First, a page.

Using survey questionnaires to collect information from a particular population is a regular method of social science research and program evaluation/assessment practice. With traditional paper-and-pencil surveys, the researcher prepares the survey instrument; formats it using a page layout program; duplicates the questionnaire, cover letter and other items to be sent to the sample participants; labels and stuffs the envelopes; mails them via the U.S. Postal Service; and sits back and waits for the completed survey questionnaires to be returned. Web surveys use the same general process, but integrates the use of Web pages and email as a replacement for the more traditional mailed paper-questionnaires. Currently, there are four different ways to collect Web based data—self-created HTML, information technology (IT) departments, stand-alone software packages, and online Web based survey servers.

 

Self-Created HTML

As personal Web sites have gained in popularity over the last few years, many students and professionals have developed extensive skills in designing their own Web pages. Those with the requisite skill level can develop a Web survey questionnaire from scratch. It should be noted that designing a Web survey in this way requires skills well beyond those needed for designing home pages. Java scripting, database management, security issues, and integration of respondent tracking are a few of the skills needed for self-created HTML Web surveys. Unless you are a seasoned Webmaster with extensive experience in crafting and managing Web surveys, other methods described below may be a better choice. Even if you have a student leader eager to prove his/her skill by creating a Web survey, what happens when he/she graduates and you need to collect data again?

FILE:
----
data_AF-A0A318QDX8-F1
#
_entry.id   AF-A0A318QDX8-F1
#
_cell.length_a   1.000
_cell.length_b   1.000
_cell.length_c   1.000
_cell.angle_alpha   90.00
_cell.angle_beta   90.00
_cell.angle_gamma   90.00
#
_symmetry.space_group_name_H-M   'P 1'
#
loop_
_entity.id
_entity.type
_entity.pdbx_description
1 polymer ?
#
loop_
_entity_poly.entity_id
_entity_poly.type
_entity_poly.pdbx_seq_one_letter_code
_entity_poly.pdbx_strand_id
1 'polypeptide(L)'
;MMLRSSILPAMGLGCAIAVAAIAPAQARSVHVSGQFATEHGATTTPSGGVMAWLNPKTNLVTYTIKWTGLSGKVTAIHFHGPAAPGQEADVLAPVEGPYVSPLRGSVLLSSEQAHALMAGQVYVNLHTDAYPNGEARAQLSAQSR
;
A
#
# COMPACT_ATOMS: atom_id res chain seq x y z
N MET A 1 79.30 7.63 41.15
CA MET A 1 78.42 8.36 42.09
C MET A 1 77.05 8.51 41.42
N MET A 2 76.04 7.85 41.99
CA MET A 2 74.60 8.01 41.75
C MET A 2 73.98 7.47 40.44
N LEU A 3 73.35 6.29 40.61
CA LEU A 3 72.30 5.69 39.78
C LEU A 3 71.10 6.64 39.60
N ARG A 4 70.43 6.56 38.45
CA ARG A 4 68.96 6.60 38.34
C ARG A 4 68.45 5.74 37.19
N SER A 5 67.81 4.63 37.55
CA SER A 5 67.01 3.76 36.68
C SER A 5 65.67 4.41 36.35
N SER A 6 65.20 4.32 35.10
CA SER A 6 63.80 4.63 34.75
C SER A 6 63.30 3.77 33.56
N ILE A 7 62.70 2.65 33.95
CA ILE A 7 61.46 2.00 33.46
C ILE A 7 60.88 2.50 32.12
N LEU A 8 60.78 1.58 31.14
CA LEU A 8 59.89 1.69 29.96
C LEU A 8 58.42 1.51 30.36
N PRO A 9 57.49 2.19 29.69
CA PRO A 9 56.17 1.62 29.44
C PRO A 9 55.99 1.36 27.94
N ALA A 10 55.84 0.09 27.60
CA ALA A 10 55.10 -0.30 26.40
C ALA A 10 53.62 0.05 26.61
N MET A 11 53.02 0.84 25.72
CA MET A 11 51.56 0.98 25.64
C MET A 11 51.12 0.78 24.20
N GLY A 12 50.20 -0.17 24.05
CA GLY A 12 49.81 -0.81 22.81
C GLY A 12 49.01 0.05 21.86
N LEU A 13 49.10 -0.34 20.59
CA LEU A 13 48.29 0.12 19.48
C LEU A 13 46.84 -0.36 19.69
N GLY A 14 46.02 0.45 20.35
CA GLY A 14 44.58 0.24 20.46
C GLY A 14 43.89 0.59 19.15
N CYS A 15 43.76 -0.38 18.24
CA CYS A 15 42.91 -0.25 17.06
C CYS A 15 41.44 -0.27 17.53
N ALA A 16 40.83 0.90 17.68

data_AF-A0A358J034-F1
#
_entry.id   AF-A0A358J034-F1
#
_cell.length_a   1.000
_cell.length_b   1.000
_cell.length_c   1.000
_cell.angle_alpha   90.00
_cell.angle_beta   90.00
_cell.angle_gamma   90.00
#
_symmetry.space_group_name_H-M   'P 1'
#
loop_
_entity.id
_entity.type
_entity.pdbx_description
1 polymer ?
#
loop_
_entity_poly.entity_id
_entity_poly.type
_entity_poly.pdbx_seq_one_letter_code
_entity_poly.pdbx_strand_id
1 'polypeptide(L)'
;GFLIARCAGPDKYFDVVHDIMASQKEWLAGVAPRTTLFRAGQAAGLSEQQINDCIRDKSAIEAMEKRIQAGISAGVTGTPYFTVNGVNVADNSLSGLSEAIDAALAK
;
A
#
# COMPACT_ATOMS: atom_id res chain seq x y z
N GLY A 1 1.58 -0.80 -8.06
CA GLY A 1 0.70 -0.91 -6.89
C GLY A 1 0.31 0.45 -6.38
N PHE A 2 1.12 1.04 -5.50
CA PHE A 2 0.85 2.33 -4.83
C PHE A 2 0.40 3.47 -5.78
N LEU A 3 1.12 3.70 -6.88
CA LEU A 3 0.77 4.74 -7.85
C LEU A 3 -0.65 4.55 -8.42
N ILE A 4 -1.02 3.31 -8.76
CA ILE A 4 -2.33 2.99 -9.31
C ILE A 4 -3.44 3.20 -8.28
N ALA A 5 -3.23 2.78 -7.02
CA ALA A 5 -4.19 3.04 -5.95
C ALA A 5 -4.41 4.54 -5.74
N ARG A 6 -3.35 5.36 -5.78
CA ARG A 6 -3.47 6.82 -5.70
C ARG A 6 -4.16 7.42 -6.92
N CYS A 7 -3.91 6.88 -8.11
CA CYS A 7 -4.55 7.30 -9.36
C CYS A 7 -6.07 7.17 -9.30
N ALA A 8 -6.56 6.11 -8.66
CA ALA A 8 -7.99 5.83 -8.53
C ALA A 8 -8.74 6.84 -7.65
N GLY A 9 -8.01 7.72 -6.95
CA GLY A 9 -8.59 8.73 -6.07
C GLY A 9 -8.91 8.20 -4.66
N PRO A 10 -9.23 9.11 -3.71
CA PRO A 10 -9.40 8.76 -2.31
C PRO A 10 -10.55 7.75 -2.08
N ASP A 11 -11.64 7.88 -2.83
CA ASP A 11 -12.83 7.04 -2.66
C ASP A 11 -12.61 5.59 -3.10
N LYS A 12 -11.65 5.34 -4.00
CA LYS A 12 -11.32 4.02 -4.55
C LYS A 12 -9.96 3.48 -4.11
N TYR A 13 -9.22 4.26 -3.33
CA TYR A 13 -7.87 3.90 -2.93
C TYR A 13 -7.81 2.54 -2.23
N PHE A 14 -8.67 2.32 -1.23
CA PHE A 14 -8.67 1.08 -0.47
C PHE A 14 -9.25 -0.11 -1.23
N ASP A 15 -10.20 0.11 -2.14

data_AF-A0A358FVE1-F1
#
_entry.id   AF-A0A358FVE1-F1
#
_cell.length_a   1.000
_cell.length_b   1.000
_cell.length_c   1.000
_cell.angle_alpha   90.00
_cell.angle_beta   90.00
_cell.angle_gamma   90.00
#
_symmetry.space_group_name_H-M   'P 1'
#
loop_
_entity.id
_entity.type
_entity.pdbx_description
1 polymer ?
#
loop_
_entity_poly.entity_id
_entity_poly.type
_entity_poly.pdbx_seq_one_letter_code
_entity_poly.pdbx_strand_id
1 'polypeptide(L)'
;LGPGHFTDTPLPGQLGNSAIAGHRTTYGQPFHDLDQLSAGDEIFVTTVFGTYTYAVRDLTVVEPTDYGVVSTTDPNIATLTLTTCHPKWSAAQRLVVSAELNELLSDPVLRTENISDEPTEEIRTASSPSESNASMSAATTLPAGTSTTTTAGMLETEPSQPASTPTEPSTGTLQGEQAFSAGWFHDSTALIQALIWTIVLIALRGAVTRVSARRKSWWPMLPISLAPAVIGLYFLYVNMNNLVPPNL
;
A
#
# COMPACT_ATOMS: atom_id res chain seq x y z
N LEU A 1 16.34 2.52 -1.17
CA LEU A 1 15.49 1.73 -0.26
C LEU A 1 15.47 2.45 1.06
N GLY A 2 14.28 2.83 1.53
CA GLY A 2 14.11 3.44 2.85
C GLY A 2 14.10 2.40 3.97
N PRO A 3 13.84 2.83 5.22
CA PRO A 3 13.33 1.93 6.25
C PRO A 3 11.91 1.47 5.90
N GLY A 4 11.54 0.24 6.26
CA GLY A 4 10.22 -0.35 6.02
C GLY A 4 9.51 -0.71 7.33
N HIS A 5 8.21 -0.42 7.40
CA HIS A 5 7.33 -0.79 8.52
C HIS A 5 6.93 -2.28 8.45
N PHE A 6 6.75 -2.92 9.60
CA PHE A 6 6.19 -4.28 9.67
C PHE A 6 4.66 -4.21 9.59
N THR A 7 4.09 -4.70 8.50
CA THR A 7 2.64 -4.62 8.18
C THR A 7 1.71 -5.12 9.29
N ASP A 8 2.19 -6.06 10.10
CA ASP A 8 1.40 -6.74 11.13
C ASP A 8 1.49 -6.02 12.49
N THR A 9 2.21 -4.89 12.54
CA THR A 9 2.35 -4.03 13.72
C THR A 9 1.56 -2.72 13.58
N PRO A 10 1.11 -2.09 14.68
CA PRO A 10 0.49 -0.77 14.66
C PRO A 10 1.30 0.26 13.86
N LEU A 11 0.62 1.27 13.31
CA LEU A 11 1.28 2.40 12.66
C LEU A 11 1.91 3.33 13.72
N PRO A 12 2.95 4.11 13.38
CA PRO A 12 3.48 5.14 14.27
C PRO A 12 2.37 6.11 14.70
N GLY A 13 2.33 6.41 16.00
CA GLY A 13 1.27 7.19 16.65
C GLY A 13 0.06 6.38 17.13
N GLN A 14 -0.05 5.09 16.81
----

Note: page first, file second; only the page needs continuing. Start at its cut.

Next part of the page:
IT Departments

Increasingly, many universities have information technology departments (IT) that provide services in designing and managing Web surveys. This process requires that you give all your questions, lists, and other information to a staff member in IT. The IT staff member then creates and deploys the Web survey. For assessment needs that require more complex survey-design, IT departments have well-developed skills and the necessary knowledge. However, Web surveys created by IT can be both expensive and slow to schedule. Although this method can be useful, care is required in the planning stages to determine the costs and expected turnaround time associated with IT development of the Web survey. IT staff availability for emergencies or changes once the Web survey is deployed should also be considered.

 

Stand-Alone Software

A number of stand-alone software packages are currently available that allow Web surveys to be created and managed. Essentially, the internal features of the stand-alone software package (very similar to those found in Microsoft and Adobe software) can be used to create the Web survey itself. Then, it is exported into a stand-alone Web site for copying to a server or mainframe. Stand-alone Web survey software includes packages such as SurveySolutions and EZSurvey. These programs have become very popular and are worth exploring if your assessment plan calls for a number of individual surveys that are used to collect data frequently. However, there is a steep learning-curve with these programs, and it is important that you fully explore the availability of a server to house the Web survey once it is created. The security of the Web survey and its data can also be a concern.